Ever since he was a boy, Bill Ackman dreamed of becoming a businessman. He sold ads for Let’s Go travel guides from his dorm room as an undergrad at Harvard and co-captained the business-school crew team, which had oars decorated with dollar signs. “Let’s face up to what Harvard Business School represents,” Ackman wrote in the school newspaper after the rowers were booed at the Head of the Charles. “We spend 90 percent of our studies at HBS pursuing the maximization of the dollar.”
But even as a college student, Ackman was also thinking about how the university worked — and the role it played in society. He majored in social studies and took a formative course on ethnicity and nationalism taught by Marty Peretz, who became a lifelong mentor. “He’s a bruiser,” Peretz told me recently when I asked what had impressed him about Ackman. “A bruiser and a brain do not very often go together.” Ackman’s senior thesis, submitted in 1988, looked at how admissions quotas to limit the Jewish student population in the 1920s echoed what some saw as the unfair treatment of Asian Americans in the ’80s. Ackman concluded that Harvard was admitting more students from other minority groups simply because “it has been pressured to do so.” He also critiqued the idea that the university was primarily a place for the transfer of knowledge. The real purpose of a university, in a capitalist society, was “to distribute privilege,” Ackman wrote. “The question, ‘Who should go to college?’ should perhaps more appropriately become ‘Who is going to manage society?’”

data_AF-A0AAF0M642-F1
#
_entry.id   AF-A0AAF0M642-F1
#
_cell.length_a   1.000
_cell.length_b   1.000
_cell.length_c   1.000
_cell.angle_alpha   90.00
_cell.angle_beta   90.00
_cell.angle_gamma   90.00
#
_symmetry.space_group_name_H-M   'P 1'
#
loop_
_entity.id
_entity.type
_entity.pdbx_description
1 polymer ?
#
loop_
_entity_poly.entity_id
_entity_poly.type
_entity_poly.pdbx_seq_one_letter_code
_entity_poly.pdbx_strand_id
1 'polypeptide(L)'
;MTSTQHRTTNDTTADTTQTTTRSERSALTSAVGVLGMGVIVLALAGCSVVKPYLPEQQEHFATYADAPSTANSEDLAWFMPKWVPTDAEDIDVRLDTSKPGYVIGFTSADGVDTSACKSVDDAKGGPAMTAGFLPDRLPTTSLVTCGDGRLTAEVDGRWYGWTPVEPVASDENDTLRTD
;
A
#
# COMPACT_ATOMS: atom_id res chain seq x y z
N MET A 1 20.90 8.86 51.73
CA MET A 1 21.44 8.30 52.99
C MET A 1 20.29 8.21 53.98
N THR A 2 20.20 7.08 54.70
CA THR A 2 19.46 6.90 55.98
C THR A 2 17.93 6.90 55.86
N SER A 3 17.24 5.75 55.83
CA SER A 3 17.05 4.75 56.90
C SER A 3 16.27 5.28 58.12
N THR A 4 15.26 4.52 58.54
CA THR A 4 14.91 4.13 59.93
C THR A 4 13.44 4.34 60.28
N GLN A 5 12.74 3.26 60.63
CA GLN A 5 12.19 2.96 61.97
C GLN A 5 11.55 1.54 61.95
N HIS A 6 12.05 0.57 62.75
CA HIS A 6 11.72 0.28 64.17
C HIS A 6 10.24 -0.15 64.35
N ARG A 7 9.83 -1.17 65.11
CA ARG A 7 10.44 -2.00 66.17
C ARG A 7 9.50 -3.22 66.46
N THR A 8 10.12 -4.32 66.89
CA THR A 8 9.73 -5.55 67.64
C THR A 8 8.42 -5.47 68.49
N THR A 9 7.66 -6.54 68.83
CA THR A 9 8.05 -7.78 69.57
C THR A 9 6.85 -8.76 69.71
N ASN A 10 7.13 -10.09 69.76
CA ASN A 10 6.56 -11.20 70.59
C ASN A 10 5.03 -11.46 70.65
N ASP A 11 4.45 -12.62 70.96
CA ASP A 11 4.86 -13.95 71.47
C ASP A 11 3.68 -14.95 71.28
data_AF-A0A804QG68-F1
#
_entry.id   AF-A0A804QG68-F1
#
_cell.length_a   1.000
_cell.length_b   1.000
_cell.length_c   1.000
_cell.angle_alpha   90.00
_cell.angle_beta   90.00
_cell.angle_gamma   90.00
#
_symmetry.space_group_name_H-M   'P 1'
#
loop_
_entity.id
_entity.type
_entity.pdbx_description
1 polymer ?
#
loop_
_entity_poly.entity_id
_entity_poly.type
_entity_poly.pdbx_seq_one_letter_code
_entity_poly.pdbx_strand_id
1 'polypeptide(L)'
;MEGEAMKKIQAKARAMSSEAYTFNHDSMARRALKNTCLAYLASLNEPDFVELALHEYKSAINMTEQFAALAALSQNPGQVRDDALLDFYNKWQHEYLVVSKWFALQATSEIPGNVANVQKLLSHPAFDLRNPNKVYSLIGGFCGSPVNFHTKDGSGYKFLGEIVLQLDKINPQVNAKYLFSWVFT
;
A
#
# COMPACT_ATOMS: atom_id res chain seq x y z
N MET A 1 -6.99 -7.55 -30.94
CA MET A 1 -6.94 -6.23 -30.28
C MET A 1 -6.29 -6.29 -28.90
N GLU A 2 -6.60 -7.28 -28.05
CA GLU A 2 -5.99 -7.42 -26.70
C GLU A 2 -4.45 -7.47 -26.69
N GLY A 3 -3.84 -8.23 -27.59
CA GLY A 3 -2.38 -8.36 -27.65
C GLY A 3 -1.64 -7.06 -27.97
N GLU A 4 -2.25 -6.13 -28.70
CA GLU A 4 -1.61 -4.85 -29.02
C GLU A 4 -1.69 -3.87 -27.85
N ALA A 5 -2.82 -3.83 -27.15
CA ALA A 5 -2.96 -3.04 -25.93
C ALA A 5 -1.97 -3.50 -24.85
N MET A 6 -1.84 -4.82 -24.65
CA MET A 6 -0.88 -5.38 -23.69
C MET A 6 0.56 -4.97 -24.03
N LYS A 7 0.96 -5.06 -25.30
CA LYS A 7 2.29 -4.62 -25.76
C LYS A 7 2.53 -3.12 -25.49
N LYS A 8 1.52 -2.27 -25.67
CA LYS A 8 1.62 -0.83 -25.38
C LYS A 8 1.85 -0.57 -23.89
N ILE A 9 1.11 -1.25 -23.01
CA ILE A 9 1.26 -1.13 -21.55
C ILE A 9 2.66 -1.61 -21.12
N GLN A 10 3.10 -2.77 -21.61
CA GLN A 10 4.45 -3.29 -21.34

Ackman left Cambridge to join the managerial class — he started a hedge fund and became a billionaire — and didn’t spend too much time thinking about his alma mater. He gave a little money in the ’90s, earmarked for Holocaust studies. In 2014, he funded a center for behavioral economics with a professorship in his name and tossed $5 million to the crew team. His nephew enrolled at Harvard, as did his eldest daughter — which, Ackman told me recently, is where the trouble started.